Christian Laettner is one of the most iconic and, simultaneously, one of the most hated players in college basketball history during his days with the Duke Blue Devils. He had a solid NBA career as well, but he will mostly be remembered for his illustrious college career at Duke and was the only college player on the original Dream Team in 1992 that participated in the Barcelona Olympics.
The most hated college player
If you were growing up in the 90s and watching college basketball, Laettner was definitely a player you will remember. Outside of Duke, there weren't many fans that liked him, and he was definitely a target more than any other college player. ESPN even created a 30 for 30 documentary, "I hate Christian Laettner, " which focused on the main reasons why he was such a hated athlete during those years. The main traits they were researching about his personality were: race, privilege, bullying, greatness, and physical appearance.
However, in his new autobiography "Game", Grant Hill shares an interesting perspective about Laettner and what he really was like behind closed doors. Hill details that Laettner had one of the biggest personalities and was a talented individual who was excellent in almost anything he did. Laettner even took the time to teach Hill how to play different songs on a piano.
"We all know a Laettner. First of all, he was cool, full of personality and a magnet for attention. He was annoyingly good at seemingly everything. Ping-Pong? He demolished all takers. Piano? He taught me how to play Force MDs' "Tender Love" on the keyboard. He also knew that he was good at everything and told everyone about it.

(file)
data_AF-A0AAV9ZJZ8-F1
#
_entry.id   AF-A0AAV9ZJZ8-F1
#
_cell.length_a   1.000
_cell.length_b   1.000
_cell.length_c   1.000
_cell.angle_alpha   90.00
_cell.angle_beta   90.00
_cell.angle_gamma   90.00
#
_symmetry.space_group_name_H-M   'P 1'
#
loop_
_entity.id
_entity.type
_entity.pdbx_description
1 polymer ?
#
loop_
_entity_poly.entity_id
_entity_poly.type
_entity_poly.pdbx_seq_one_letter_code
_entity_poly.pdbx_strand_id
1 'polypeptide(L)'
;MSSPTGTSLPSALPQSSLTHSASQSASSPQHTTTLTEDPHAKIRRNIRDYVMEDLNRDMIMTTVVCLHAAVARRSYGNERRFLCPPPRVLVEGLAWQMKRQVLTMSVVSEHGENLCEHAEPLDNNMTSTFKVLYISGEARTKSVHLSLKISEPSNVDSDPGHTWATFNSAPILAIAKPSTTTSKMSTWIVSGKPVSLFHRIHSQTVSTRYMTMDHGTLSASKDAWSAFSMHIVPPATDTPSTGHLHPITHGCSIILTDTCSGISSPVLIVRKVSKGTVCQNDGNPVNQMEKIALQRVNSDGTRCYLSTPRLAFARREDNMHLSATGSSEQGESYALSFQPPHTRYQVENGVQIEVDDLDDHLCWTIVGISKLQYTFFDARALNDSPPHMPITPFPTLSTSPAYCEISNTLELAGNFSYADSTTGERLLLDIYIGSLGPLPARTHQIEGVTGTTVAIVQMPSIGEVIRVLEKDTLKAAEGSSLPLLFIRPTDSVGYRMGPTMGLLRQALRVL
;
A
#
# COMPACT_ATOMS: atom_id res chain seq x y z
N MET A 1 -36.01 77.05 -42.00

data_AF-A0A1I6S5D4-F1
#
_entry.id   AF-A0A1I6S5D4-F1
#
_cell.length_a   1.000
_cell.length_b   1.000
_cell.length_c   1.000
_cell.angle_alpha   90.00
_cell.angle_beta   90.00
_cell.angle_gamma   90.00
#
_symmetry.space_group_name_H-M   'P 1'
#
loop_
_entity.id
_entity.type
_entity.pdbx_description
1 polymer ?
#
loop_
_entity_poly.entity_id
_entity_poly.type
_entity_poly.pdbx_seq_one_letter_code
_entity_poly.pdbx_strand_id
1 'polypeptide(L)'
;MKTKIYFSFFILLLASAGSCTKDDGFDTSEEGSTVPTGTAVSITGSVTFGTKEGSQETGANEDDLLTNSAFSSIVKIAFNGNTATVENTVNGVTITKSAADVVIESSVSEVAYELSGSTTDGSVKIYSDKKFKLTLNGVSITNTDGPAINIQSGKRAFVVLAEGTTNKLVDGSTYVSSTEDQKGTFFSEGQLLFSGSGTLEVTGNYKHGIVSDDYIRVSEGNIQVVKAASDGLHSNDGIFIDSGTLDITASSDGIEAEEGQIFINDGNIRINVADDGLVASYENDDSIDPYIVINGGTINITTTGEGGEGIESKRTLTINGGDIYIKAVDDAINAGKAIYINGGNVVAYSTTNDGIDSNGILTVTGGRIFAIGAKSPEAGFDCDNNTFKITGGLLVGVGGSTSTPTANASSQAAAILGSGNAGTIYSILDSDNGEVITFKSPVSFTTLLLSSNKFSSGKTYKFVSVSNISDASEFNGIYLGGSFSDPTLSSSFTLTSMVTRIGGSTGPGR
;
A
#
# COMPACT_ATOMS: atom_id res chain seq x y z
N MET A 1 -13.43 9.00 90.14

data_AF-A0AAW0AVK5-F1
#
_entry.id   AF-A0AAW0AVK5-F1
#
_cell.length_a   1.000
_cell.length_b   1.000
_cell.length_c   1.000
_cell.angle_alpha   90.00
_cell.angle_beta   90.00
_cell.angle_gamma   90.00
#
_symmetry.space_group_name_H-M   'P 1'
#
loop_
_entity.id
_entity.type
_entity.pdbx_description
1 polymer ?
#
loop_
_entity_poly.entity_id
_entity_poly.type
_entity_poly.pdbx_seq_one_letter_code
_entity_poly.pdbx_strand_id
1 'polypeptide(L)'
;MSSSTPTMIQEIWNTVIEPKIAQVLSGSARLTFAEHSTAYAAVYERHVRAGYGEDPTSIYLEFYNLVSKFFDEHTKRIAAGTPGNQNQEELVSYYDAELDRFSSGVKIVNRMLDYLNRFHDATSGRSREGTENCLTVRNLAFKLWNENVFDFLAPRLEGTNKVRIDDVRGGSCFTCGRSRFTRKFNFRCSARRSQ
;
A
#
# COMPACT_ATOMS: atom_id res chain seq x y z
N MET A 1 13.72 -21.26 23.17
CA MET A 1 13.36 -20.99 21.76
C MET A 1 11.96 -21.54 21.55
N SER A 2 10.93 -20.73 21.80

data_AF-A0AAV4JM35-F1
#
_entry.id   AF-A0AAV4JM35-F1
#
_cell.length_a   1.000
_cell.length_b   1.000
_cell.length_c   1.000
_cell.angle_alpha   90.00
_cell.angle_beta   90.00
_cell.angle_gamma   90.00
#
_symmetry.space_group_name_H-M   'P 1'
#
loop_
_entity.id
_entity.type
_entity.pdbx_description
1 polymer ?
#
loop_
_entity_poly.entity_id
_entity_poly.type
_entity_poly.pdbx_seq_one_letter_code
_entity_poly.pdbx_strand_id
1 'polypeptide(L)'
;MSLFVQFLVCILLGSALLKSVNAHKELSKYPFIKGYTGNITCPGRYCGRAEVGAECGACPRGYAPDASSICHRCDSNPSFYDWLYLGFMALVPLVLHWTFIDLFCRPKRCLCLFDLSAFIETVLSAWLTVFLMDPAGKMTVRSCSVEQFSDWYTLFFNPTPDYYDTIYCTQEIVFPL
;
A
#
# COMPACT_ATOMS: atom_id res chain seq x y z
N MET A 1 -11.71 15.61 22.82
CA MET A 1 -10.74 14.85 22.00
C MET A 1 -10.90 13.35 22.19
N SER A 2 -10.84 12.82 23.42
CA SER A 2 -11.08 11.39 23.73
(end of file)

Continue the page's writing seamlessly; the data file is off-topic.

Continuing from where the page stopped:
He was deep into hip-hop
People often judge someone even though they don't know much about them or who they really are, and that was the case with Laettner. Hill says Laettner loved hip hop and clicked really well with the African-American community on campus so much that Hill thought he grew up in a black neighborhood instead of a small place called Angola, New York.
"He was the team's big brother. Socially, he showed ease with the brothers, enough so that I could've sworn he grew up in a Black neighborhood instead of just outside Buffalo. Laettner loved hip-hop. I mean, he was deep into hip-hop. Anyone could recite a couple Digital Underground lines from that era. He knew Chubb Rock's lyrics. He recited the Jungle Brothers. It didn't appear he devoted as much time or energy toward our white teammates. He was in his element, though, when we hung out at North Carolina Central University, the state's historically Black college down the road, or on campus at the Black bench."
Naturally, most people never knew this side of the story, in this case, the type of personality Laettner had, especially among his teammates, which is why they respected him so much. All of that is no coincidence, and that is why he later had a solid 13-year-long NBA career that wasn't as spectacular as his college one was, but nevertheless, not too many people can say they played that long in such a competitive environment.
At Duke, Laettner was the focal point and the face of their team despite having tremendous teammates like Grant Hill and, during those years, accumulated all the possible individual achievements. Duke retired his number, and Laettner was later enshrined in the National Collegiate Basketball Hall of Fame. It's often said that people hate the best players the most, which was the case with Christian Laettner during his spectacular college run.